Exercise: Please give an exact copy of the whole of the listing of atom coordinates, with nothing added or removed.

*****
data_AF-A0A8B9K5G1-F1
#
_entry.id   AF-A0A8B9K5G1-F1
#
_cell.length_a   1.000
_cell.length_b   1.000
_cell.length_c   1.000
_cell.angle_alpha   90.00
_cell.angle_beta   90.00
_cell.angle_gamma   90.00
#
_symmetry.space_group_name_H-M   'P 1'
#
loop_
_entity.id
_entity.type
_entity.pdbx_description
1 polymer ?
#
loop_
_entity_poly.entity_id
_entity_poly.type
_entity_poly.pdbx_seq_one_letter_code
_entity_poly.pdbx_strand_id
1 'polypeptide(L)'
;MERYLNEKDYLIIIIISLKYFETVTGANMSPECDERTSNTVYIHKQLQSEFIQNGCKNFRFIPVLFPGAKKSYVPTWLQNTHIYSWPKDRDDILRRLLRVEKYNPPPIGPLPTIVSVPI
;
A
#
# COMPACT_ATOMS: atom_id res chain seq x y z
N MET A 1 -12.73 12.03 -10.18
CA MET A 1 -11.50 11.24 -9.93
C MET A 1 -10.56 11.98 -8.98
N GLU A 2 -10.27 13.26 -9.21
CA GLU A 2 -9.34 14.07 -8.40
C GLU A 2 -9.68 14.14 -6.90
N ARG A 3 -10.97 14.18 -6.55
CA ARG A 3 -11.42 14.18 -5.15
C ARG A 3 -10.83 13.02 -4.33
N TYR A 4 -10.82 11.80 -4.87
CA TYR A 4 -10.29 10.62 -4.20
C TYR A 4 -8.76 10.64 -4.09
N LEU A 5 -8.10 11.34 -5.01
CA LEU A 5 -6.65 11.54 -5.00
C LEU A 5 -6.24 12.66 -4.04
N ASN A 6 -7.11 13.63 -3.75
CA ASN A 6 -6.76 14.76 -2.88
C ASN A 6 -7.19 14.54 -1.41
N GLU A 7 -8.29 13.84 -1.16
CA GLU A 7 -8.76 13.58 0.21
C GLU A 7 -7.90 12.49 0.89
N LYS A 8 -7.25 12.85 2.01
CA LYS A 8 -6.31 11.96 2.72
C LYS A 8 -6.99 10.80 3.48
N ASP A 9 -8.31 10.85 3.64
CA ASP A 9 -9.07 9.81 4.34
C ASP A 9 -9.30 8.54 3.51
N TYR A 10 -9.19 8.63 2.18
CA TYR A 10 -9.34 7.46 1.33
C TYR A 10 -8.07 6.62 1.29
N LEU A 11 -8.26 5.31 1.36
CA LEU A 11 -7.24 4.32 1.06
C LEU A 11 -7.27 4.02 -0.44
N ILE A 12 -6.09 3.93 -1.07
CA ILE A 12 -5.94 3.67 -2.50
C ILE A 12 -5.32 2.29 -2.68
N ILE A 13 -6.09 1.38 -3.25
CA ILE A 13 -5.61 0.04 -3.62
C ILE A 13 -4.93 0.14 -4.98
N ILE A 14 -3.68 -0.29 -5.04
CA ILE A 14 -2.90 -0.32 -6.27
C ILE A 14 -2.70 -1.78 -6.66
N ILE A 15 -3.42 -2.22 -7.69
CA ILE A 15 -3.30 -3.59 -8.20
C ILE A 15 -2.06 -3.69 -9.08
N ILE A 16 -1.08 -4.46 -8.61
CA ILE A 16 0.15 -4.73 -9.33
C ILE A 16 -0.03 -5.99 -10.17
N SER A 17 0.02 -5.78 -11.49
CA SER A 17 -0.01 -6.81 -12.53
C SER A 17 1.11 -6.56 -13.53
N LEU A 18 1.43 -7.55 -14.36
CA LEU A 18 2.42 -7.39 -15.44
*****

data_AF-A0A8B9K5G1-F1
#
_entry.id   AF-A0A8B9K5G1-F1
#
_cell.length_a   1.000
_cell.length_b   1.000
_cell.length_c   1.000
_cell.angle_alpha   90.00
_cell.angle_beta   90.00
_cell.angle_gamma   90.00
#
_symmetry.space_group_name_H-M   'P 1'
#
loop_
_entity.id
_entity.type
_entity.pdbx_description
1 polymer ?
#
loop_
_entity_poly.entity_id
_entity_poly.type
_entity_poly.pdbx_seq_one_letter_code
_entity_poly.pdbx_strand_id
1 'polypeptide(L)'
;MERYLNEKDYLIIIIISLKYFETVTGANMSPECDERTSNTVYIHKQLQSEFIQNGCKNFRFIPVLFPGAKKSYVPTWLQNTHIYSWPKDRDDILRRLLRVEKYNPPPIGPLPTIVSVPI
;
A
#
# COMPACT_ATOMS: atom_id res chain seq x y z
N MET A 1 -12.73 12.03 -10.18
CA MET A 1 -11.50 11.24 -9.93
C MET A 1 -10.56 11.98 -8.98
N GLU A 2 -10.27 13.26 -9.21
CA GLU A 2 -9.34 14.07 -8.40
C GLU A 2 -9.68 14.14 -6.90
N ARG A 3 -10.97 14.18 -6.55
CA ARG A 3 -11.42 14.18 -5.15
C ARG A 3 -10.83 13.02 -4.33
N TYR A 4 -10.82 11.80 -4.87
CA TYR A 4 -10.29 10.62 -4.20
C TYR A 4 -8.76 10.64 -4.09
N LEU A 5 -8.10 11.34 -5.01
CA LEU A 5 -6.65 11.54 -5.00
C LEU A 5 -6.24 12.66 -4.04
N ASN A 6 -7.11 13.63 -3.75
CA ASN A 6 -6.76 14.76 -2.88
C ASN A 6 -7.19 14.54 -1.41
N GLU A 7 -8.29 13.84 -1.16
CA GLU A 7 -8.76 13.58 0.21
C GLU A 7 -7.90 12.49 0.89
N LYS A 8 -7.25 12.85 2.01
CA LYS A 8 -6.31 11.96 2.72
C LYS A 8 -6.99 10.80 3.48
N ASP A 9 -8.31 10.85 3.64
CA ASP A 9 -9.07 9.81 4.34
C ASP A 9 -9.30 8.54 3.51
N TYR A 10 -9.19 8.63 2.18
CA TYR A 10 -9.34 7.46 1.33
C TYR A 10 -8.07 6.62 1.29
N LEU A 11 -8.26 5.31 1.36
CA LEU A 11 -7.24 4.32 1.06
C LEU A 11 -7.27 4.02 -0.44
N ILE A 12 -6.09 3.93 -1.07
CA ILE A 12 -5.94 3.67 -2.50
C ILE A 12 -5.32 2.29 -2.68
N ILE A 13 -6.09 1.38 -3.25
CA ILE A 13 -5.61 0.04 -3.62
C ILE A 13 -4.93 0.14 -4.98
N ILE A 14 -3.68 -0.29 -5.04
CA ILE A 14 -2.90 -0.32 -6.27
C ILE A 14 -2.70 -1.78 -6.66
N ILE A 15 -3.42 -2.22 -7.69
CA ILE A 15 -3.30 -3.59 -8.20
C ILE A 15 -2.06 -3.69 -9.08
N ILE A 16 -1.08 -4.46 -8.61
CA ILE A 16 0.15 -4.73 -9.33
C ILE A 16 -0.03 -5.99 -10.17
N SER A 17 0.02 -5.78 -11.49
CA SER A 17 -0.01 -6.81 -12.53
C SER A 17 1.11 -6.56 -13.53
N LEU A 18 1.43 -7.55 -14.36
CA LEU A 18 2.42 -7.39 -15.44